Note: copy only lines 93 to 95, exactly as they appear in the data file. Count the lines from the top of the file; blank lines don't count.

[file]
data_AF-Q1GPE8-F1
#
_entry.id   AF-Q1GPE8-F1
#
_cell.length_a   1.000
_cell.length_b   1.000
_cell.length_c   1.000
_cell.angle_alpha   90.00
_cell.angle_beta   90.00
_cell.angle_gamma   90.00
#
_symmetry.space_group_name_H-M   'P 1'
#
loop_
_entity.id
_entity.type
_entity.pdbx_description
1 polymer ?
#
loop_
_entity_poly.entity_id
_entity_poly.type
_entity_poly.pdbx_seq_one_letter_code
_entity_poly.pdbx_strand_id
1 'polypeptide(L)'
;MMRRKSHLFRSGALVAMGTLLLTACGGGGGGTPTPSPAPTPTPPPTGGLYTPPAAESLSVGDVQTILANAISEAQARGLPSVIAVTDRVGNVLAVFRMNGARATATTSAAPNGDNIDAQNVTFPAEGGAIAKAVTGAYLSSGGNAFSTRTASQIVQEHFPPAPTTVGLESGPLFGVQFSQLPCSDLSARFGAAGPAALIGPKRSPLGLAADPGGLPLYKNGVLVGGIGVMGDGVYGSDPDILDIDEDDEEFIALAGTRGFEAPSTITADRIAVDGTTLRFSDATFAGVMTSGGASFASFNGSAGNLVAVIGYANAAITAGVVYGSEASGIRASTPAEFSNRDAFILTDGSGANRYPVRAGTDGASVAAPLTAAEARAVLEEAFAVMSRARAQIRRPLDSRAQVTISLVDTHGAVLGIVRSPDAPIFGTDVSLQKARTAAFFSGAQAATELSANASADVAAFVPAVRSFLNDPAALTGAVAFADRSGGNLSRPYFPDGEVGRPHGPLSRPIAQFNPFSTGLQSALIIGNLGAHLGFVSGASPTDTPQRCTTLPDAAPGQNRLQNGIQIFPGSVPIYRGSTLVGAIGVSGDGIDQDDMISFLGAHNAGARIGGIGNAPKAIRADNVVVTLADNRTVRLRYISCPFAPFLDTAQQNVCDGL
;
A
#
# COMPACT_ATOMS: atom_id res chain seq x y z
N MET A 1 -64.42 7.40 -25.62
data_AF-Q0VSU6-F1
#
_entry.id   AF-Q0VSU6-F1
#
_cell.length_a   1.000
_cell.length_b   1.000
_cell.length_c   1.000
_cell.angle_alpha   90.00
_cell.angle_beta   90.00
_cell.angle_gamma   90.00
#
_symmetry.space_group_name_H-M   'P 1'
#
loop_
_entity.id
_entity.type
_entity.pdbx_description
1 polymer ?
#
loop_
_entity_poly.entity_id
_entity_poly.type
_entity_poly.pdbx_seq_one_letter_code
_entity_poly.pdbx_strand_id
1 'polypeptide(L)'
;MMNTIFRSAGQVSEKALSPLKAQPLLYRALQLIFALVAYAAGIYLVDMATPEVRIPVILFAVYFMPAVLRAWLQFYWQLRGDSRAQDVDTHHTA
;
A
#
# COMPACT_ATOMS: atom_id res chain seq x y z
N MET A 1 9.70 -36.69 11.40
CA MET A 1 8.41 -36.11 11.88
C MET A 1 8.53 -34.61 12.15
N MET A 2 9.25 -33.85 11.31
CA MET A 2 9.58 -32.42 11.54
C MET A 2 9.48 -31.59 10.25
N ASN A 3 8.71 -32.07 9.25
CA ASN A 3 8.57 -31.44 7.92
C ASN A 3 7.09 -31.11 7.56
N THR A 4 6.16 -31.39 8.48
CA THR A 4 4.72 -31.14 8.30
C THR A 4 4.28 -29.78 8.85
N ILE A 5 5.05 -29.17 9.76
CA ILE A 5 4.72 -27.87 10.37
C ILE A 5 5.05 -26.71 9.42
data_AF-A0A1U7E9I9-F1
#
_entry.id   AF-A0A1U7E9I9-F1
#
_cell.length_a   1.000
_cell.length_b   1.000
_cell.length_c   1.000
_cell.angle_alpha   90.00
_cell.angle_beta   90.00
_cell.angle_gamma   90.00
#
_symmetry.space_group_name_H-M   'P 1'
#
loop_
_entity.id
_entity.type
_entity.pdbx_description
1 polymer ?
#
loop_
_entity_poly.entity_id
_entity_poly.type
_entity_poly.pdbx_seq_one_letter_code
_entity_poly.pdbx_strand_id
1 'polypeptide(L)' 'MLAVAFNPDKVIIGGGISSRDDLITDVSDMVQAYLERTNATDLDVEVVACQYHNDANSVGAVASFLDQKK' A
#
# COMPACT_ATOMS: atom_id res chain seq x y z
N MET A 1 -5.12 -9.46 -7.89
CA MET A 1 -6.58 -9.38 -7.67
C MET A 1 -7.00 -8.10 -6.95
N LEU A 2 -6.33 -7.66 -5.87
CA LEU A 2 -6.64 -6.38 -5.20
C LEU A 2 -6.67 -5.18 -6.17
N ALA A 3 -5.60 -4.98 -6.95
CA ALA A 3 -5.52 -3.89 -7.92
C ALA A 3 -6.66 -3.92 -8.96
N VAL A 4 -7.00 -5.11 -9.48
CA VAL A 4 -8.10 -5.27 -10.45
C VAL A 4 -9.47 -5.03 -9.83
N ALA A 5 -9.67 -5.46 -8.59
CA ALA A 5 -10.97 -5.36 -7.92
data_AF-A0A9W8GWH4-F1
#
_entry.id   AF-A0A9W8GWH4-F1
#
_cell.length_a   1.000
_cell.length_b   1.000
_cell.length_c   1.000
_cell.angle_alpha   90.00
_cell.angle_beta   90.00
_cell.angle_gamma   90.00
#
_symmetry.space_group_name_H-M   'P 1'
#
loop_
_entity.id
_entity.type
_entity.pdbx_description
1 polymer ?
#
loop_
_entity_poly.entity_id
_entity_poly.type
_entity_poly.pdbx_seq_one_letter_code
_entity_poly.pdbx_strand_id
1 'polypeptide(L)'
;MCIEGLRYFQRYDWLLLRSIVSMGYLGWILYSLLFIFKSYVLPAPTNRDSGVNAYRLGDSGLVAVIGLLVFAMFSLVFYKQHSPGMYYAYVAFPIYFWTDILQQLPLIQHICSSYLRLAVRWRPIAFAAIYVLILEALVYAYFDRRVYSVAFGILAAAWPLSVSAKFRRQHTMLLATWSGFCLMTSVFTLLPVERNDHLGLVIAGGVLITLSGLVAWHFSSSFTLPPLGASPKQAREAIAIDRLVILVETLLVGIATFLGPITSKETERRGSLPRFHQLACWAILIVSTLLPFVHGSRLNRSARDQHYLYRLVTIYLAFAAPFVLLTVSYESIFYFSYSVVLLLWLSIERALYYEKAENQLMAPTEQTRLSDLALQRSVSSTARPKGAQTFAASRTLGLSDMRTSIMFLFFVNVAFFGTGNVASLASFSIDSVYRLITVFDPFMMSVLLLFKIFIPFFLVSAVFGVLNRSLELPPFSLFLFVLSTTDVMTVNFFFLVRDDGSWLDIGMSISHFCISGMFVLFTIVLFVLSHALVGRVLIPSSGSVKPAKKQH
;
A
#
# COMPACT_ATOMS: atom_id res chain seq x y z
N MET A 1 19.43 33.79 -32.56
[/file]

_entity.pdbx_description
1 polymer ?
#